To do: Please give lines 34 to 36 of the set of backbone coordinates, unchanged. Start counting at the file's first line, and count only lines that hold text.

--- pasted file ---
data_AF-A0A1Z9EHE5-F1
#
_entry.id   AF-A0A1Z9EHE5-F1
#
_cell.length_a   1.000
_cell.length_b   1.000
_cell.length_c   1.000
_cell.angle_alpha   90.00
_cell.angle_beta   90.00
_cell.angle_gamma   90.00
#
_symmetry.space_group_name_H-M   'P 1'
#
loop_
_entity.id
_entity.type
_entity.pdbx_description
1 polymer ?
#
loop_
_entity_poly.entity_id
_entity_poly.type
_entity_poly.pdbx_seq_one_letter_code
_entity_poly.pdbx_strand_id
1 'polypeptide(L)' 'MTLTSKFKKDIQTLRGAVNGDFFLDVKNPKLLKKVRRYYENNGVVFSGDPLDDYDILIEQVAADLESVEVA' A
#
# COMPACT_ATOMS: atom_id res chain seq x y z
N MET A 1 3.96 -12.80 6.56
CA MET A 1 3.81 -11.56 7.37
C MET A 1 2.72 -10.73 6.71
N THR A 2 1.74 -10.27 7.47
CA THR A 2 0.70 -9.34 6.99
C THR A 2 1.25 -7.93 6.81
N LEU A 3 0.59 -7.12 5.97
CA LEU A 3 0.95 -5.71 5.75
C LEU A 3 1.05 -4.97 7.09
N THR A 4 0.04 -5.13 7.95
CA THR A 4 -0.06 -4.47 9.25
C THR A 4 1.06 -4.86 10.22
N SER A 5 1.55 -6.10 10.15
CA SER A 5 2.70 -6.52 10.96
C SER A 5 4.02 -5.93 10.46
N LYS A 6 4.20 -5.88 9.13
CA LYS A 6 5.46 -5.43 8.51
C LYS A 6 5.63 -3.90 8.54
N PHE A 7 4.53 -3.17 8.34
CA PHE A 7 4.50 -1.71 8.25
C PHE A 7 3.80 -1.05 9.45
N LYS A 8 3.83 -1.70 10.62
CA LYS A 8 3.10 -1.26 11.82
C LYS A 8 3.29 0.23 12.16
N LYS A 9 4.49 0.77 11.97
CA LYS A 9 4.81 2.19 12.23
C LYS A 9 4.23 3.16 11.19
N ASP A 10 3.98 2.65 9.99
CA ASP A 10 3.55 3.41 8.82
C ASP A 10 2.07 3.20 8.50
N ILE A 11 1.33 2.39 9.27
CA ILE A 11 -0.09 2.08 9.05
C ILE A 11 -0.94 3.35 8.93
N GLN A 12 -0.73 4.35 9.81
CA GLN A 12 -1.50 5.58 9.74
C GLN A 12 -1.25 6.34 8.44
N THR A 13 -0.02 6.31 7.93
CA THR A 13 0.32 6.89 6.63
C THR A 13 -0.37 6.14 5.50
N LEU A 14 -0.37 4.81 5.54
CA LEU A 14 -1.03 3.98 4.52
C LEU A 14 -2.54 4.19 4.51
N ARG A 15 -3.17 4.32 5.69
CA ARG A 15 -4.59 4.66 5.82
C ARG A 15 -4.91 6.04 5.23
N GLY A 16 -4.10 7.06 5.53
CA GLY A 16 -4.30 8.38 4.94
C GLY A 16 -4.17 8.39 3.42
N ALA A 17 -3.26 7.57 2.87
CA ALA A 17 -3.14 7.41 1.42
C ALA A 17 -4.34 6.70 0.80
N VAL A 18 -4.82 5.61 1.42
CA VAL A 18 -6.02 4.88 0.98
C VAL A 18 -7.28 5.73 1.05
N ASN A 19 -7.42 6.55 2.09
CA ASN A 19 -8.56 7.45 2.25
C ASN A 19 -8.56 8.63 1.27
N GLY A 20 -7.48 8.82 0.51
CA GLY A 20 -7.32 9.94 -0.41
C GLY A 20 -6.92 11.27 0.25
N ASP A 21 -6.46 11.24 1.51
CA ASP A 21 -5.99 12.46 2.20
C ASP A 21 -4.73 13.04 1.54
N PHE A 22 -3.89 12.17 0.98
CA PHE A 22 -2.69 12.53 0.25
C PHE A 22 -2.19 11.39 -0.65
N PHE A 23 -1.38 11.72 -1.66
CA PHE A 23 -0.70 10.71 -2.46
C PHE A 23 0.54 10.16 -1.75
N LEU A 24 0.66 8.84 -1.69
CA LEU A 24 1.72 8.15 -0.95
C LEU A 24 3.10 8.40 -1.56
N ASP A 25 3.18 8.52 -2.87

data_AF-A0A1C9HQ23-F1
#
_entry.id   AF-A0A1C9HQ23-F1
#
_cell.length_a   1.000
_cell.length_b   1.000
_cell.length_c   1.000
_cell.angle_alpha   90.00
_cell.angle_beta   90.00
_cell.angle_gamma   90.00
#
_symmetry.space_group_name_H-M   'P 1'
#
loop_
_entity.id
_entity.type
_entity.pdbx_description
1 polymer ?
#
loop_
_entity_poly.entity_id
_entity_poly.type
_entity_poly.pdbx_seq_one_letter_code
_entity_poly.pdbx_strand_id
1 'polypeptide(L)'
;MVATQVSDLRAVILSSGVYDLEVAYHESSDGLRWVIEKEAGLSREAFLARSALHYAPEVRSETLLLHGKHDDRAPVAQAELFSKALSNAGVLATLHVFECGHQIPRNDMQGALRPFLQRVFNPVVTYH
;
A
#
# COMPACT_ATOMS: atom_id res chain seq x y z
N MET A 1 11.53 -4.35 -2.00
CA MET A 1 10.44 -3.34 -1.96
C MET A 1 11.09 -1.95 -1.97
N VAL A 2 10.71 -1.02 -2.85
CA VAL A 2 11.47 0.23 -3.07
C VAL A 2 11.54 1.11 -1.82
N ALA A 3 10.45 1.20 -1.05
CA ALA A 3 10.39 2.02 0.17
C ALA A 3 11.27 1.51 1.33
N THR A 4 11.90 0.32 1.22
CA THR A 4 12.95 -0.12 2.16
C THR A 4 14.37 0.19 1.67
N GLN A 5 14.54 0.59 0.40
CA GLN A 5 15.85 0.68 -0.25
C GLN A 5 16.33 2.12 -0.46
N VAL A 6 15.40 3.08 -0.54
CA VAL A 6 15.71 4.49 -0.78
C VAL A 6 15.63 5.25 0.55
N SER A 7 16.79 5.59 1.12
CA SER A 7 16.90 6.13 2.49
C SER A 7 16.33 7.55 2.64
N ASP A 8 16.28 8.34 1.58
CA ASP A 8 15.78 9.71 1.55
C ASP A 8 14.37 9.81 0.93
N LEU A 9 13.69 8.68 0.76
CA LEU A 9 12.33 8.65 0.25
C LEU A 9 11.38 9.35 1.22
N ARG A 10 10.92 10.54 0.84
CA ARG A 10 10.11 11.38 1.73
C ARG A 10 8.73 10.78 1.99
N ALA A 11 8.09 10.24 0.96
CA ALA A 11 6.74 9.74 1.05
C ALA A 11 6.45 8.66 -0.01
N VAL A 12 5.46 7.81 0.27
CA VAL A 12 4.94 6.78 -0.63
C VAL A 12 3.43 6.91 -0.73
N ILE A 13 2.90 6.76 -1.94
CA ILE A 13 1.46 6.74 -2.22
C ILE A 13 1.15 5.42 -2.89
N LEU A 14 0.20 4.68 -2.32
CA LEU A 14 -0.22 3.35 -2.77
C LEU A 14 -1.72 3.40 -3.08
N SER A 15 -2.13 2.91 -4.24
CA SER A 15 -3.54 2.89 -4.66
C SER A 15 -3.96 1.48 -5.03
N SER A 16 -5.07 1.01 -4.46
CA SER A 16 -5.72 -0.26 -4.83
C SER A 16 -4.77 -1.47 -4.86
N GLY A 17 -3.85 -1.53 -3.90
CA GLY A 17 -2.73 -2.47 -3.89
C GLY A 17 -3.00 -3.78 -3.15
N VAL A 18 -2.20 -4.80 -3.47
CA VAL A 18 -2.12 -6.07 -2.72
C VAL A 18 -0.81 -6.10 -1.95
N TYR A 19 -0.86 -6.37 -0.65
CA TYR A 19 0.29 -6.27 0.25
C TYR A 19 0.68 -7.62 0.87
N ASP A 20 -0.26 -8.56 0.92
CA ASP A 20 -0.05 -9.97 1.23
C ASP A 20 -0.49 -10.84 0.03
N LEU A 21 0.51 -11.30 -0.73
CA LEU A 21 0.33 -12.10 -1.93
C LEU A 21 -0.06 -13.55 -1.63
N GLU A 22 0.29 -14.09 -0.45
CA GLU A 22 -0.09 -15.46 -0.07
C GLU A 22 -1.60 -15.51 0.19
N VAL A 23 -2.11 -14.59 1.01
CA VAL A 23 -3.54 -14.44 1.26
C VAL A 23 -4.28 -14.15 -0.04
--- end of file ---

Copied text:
N LEU A 3 0.59 -7.12 5.97
CA LEU A 3 0.95 -5.71 5.75
C LEU A 3 1.05 -4.97 7.09